False Pretenses, Parasites, and Monsters
This essay is adapted from a talk given in a series of lectures
on Contemporary American Fiction at Illinois State University, a series
organized by Charles Harris, Director of the Unit for Contemporary
Literature. We present the essay here as a contribution to
href="/writingpostfeminism/postfeminism">Writing Post Feminism, introduced in the fall of 1996.
"False pretenses." The phrase makes me wonder. Why the
redundancy? How did it come into conventional usage? My dictionary
offers the example, "to obtain money under false pretenses." Maybe when
money is at stake, we want to be doubly clear. But the result of
doubling is ambiguity: is a false pretense true? And why is the phrase
always in the plural? Does one pretense lead to another?
All novelists practice pretense. The three fictions I begin with
here come to readers as false pretenses. The books pretend to depict an
historical world not our own, and at the same time they all rely on and
admit within themselves to relying on earlier novels or writers:
for Sena Naslund's
Ahab's Wife, Lolita for Pia Pera's
Lo's Diary, and the Marquis de Sade for Rikki Ducornet's
The Fan-Maker's Inquisition.
Because of the female authors' close relations with male
masters, I call the contemporaries parasites. This is a literal misnomer
because the women don't crawl inside the men. I've kept the word because
of Michel Serres's play with the term in
The French language uses the word "parasite" to translate
English "noise" or "static" in a communications system. Serres's book is
appealing because he transforms the negative associations we have with
parasite and noise into positive meanings, for it is only through noise
that systems change. Serres says such useful noise has "abuse value."
Think of the valuable information first received as noise in Don
Or genetic mutation in Richard Powers's
The Gold Bug Variations.
An American scholar named William R. Paulson extends Serres's
ideas and calls literature "the noise of culture," which is the title of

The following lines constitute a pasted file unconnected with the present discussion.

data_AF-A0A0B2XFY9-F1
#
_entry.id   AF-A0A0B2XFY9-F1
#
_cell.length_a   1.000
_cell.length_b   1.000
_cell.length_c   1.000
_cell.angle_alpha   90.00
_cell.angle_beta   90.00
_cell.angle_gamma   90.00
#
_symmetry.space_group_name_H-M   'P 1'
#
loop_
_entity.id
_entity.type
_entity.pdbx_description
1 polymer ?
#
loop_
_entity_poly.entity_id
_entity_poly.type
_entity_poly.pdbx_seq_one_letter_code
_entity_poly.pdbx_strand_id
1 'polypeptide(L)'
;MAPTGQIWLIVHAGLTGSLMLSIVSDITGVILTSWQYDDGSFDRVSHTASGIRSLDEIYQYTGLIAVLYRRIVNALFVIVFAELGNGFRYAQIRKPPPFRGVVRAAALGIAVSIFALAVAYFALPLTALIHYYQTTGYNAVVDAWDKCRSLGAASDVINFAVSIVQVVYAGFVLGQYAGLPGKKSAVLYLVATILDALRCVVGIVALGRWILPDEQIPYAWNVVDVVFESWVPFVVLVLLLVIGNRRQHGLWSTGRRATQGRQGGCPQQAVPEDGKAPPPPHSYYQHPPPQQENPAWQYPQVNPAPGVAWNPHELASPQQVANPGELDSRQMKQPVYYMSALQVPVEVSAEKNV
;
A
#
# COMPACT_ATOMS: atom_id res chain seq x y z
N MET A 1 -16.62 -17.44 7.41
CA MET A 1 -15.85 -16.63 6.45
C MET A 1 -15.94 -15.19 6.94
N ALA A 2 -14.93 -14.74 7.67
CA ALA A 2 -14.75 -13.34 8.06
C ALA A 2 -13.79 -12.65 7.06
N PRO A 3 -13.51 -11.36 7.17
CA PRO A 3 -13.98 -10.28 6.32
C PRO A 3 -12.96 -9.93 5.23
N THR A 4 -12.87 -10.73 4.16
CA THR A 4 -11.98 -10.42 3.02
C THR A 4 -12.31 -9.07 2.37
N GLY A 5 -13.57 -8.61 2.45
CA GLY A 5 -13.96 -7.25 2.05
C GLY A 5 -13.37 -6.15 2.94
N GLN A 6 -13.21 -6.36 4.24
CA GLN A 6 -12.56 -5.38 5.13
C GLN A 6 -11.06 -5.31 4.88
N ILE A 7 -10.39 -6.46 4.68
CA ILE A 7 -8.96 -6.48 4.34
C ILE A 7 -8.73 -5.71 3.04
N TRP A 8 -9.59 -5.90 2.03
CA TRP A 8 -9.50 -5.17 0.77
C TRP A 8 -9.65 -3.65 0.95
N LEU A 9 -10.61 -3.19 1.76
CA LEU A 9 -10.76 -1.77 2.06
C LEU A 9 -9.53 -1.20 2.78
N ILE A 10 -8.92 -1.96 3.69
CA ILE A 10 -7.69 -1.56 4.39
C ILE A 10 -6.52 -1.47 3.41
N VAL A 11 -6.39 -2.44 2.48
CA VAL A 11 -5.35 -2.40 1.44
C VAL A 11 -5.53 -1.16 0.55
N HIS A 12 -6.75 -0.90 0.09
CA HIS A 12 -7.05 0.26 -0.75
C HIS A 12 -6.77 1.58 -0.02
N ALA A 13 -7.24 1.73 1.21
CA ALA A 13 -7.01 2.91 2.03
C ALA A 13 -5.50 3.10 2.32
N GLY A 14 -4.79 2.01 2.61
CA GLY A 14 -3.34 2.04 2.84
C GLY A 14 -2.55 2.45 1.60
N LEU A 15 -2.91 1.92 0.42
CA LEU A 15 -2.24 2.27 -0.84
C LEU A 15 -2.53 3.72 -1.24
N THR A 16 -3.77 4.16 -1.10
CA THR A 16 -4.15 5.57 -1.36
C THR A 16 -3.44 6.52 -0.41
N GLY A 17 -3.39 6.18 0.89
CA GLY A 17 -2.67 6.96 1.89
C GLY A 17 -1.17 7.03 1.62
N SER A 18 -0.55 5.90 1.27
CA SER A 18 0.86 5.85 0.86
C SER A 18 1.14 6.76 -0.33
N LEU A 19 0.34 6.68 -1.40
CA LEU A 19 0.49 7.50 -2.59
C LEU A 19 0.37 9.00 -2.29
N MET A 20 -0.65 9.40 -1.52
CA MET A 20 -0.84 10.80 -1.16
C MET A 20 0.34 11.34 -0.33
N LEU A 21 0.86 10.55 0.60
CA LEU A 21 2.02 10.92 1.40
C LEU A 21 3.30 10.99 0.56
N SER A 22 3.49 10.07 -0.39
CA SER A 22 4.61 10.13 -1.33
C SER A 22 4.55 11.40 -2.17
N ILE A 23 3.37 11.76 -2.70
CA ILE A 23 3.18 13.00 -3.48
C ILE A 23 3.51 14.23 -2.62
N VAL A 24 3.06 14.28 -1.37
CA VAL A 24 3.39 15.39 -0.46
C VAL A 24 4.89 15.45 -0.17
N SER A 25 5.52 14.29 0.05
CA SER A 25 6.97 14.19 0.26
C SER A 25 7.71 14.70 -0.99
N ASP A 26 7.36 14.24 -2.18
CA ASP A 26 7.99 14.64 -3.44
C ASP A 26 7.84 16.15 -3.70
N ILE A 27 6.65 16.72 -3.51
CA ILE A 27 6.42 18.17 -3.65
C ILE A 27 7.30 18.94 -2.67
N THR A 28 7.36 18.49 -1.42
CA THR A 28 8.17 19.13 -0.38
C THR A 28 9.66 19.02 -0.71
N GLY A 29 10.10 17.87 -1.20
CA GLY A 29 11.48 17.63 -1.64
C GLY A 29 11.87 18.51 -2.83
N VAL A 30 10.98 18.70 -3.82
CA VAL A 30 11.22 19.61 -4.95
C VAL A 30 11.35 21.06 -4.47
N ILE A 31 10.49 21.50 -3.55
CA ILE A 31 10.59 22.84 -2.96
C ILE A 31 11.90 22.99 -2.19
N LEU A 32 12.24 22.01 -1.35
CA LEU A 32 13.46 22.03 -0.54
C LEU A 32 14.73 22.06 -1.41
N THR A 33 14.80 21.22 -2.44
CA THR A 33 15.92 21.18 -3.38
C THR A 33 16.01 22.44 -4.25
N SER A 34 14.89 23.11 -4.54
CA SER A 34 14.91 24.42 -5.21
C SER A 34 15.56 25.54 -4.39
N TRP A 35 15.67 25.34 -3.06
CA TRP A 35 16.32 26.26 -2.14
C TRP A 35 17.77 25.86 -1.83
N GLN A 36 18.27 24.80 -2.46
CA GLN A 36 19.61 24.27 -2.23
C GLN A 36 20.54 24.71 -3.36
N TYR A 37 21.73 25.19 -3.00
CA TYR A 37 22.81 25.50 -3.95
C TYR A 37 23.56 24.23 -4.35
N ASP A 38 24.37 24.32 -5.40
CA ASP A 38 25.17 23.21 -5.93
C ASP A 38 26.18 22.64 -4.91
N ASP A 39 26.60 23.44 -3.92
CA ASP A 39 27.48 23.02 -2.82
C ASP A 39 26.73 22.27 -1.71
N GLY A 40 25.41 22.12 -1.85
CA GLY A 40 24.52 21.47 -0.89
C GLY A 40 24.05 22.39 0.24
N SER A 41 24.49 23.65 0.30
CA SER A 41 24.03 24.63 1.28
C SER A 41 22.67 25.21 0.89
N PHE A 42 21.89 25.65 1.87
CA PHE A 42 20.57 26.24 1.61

Paulson's book. Since most communication systems are constructed to code
and decode messages with as little interpretation as possible, and since
literature both requires and resists interpretation, literature itself
is valuable noise, negative feedback on machine consciousness.
If "parasite" in my title is figurative, I'm on more literal
ground with "monster." Rikki Ducornet recently published a collection of
The Monstrous and the Marvelous, and the word "monster" occurs numerous times in
The Fan-Maker's Inquisition.
are about sea-monsters. Both
use "monster" to refer to their major characters.
These new works by women rewriting men have some recent, perhaps
more familiar precursors: there's Jane Smiley's
A Thousand Acres
and many of Kathy Acker's novels. Smiley and Acker also provide
a distinction: A Thousand Acres is about a hulking man called a monster,
the daughter-molesting Larry Cook, but the novel itself is a
conventional narrative, a realistic retelling of
that one can read without knowing Shakespeare. Acker's works -
- are often about monstrous fathers or father figures, and the
novels are themselves monstrosities, intentionally deformed in their
collage structure and willfully ugly in their raging style. In Serres's
terms, Acker's fictions are parasitical, noisy, and abusive. They
disrupt the system of literary generation, reception, and evaluation.
Here I'd like to insert some dictionary definitions of
"monster": fabled animal combining human and animal or two animal forms;
human or animal grotesquely deviating from normal shape, behavior, or
character; animal or thing of huge size; something that is unnatural,
If literature is the noise of culture, the novel is the monster
of culture: a fabled, combinatory, unnatural, hypertrophied use of
language that grotesquely deviates from normal discourse.
Don Quixote, one of the first novels, would be a good example.
^1 I have discussed the monstrous qualities of Infinite Jest
(and Richard Powers's
The Gold Bug Variations
and William T. Vollmann's
You Bright and Risen Angels) in an essay published in
(Fall 1996): 12-37 and
In my view, the monstrosity that is the novel has been for many
readers unfortunately normalized or naturalized in realistic fiction.
How else explain why
The Great Gatsby
would be second on the Modern Library List of One Hundred 20th
Century Novels and
not make the List?
My further view is that fiction that admits and cultivates its
own monstrosity is the fiction that will continue to make noise and have
I admit that thinking about the novel as monstrous may be just a
figurative way to praise mass, experiment, difficulty, or excess - and
yet the concept of monstrosity seems particularly relevant to the three
women rewriting men. In
Monstrous Imagination, Marie-Helene Huet traces theories explaining monstrous births
from Aristotle through the Renaissance and up into the Romantic and
early Modernist periods. A persistent line of thought from Aristotle
through the eighteenth century was that what we might call an anomalous
offspring resulted from the disorder of maternal imagination or desires
during conception or pregnancy. This meant the father initiated an
organic process of presumed reduplication and the mother introduced
noise. Women thus had the power to erase the physical similarity of the